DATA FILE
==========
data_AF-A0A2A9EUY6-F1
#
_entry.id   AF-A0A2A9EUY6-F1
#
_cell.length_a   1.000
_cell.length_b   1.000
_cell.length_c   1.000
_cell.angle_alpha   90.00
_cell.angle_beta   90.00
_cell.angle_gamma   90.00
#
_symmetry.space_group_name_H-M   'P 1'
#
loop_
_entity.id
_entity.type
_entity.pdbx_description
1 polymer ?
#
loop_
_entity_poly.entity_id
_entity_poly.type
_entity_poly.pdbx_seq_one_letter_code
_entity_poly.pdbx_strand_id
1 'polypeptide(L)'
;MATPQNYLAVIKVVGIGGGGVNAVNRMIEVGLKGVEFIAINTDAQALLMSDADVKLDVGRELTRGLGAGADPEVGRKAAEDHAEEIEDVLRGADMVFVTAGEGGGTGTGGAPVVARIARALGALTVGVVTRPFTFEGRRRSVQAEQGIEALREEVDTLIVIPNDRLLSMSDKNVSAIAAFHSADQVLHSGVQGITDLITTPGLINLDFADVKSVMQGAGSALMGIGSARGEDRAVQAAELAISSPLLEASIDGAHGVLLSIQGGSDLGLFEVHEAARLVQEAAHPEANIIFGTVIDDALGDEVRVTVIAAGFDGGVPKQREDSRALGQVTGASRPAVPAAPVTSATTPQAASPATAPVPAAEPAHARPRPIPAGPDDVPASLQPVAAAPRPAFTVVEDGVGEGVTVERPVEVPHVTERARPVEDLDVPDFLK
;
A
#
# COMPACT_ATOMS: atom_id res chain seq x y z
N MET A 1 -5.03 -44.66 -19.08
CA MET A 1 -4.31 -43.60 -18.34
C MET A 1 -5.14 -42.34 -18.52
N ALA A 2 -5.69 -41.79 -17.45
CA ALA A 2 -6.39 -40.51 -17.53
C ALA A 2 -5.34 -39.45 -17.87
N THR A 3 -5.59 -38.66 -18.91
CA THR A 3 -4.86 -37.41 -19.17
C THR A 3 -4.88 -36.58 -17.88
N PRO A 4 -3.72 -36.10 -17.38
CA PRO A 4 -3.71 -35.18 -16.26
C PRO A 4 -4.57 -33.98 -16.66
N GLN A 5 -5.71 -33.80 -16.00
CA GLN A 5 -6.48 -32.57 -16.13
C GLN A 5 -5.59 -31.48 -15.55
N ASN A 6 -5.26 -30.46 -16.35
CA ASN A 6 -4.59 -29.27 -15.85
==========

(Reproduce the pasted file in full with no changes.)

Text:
data_AF-A0A2A9EUY6-F1
#
_entry.id   AF-A0A2A9EUY6-F1
#
_cell.length_a   1.000
_cell.length_b   1.000
_cell.length_c   1.000
_cell.angle_alpha   90.00
_cell.angle_beta   90.00
_cell.angle_gamma   90.00
#
_symmetry.space_group_name_H-M   'P 1'
#
loop_
_entity.id
_entity.type
_entity.pdbx_description
1 polymer ?
#
loop_
_entity_poly.entity_id
_entity_poly.type
_entity_poly.pdbx_seq_one_letter_code
_entity_poly.pdbx_strand_id
1 'polypeptide(L)'
;MATPQNYLAVIKVVGIGGGGVNAVNRMIEVGLKGVEFIAINTDAQALLMSDADVKLDVGRELTRGLGAGADPEVGRKAAEDHAEEIEDVLRGADMVFVTAGEGGGTGTGGAPVVARIARALGALTVGVVTRPFTFEGRRRSVQAEQGIEALREEVDTLIVIPNDRLLSMSDKNVSAIAAFHSADQVLHSGVQGITDLITTPGLINLDFADVKSVMQGAGSALMGIGSARGEDRAVQAAELAISSPLLEASIDGAHGVLLSIQGGSDLGLFEVHEAARLVQEAAHPEANIIFGTVIDDALGDEVRVTVIAAGFDGGVPKQREDSRALGQVTGASRPAVPAAPVTSATTPQAASPATAPVPAAEPAHARPRPIPAGPDDVPASLQPVAAAPRPAFTVVEDGVGEGVTVERPVEVPHVTERARPVEDLDVPDFLK
;
A
#
# COMPACT_ATOMS: atom_id res chain seq x y z
N MET A 1 -5.03 -44.66 -19.08
CA MET A 1 -4.31 -43.60 -18.34
C MET A 1 -5.14 -42.34 -18.52
N ALA A 2 -5.69 -41.79 -17.45
CA ALA A 2 -6.39 -40.51 -17.53
C ALA A 2 -5.34 -39.45 -17.87
N THR A 3 -5.59 -38.66 -18.91
CA THR A 3 -4.86 -37.41 -19.17
C THR A 3 -4.88 -36.58 -17.88
N PRO A 4 -3.72 -36.10 -17.38
CA PRO A 4 -3.71 -35.18 -16.26
C PRO A 4 -4.57 -33.98 -16.66
N GLN A 5 -5.71 -33.80 -16.00
CA GLN A 5 -6.48 -32.57 -16.13
C GLN A 5 -5.59 -31.48 -15.55
N ASN A 6 -5.26 -30.46 -16.35
CA ASN A 6 -4.59 -29.27 -15.85